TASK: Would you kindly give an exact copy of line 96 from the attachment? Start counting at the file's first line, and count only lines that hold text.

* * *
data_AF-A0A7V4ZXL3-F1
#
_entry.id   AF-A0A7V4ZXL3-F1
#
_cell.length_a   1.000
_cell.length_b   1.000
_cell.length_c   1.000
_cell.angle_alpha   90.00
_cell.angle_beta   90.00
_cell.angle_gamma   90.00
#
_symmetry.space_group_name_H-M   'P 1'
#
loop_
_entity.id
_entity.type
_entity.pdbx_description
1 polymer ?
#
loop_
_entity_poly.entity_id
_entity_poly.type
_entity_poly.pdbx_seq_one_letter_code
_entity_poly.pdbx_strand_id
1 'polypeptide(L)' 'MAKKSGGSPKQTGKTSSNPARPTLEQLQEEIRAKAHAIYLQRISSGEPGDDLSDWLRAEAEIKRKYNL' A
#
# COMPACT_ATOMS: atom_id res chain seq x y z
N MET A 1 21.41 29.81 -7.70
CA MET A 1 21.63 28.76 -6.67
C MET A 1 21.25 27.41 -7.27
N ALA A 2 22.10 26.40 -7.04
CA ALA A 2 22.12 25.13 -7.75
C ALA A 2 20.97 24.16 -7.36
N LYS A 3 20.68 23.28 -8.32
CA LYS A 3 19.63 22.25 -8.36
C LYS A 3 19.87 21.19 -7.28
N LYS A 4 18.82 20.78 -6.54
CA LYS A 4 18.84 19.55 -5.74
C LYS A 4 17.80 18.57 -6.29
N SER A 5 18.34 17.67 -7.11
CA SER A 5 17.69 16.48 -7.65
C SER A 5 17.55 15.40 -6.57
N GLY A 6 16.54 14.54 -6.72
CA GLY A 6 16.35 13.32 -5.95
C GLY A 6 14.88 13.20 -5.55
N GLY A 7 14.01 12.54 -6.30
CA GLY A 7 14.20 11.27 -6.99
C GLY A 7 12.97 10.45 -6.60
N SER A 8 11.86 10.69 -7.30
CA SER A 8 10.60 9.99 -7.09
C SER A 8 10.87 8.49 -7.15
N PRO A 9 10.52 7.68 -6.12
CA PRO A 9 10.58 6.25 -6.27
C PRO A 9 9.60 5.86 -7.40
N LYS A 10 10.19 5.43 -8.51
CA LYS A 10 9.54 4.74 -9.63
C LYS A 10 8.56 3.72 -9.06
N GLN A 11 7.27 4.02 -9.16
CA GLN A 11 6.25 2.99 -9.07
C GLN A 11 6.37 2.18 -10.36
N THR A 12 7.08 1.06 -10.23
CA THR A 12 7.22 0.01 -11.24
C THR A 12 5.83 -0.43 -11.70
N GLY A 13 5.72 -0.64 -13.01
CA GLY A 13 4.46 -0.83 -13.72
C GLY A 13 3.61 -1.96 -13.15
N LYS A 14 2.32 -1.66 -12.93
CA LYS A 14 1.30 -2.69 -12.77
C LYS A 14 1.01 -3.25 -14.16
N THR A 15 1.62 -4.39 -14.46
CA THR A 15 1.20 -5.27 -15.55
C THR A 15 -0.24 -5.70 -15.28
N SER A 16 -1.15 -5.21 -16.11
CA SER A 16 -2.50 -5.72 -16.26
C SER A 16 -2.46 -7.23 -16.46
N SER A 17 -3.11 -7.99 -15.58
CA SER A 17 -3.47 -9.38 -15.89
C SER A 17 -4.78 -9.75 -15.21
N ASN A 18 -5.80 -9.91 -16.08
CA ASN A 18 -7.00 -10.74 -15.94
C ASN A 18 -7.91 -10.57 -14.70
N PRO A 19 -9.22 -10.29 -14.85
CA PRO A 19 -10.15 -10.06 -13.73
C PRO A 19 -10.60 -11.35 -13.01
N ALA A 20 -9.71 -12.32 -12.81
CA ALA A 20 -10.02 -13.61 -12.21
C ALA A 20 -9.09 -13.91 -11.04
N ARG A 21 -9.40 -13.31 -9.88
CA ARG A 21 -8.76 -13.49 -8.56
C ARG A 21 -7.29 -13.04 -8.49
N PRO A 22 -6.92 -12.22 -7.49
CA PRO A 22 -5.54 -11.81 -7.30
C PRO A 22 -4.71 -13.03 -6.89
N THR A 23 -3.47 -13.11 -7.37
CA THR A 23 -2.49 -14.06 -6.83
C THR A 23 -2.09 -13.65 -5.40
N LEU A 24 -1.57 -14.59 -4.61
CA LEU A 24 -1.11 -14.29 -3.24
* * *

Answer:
C THR A 23 -2.09 -13.65 -5.40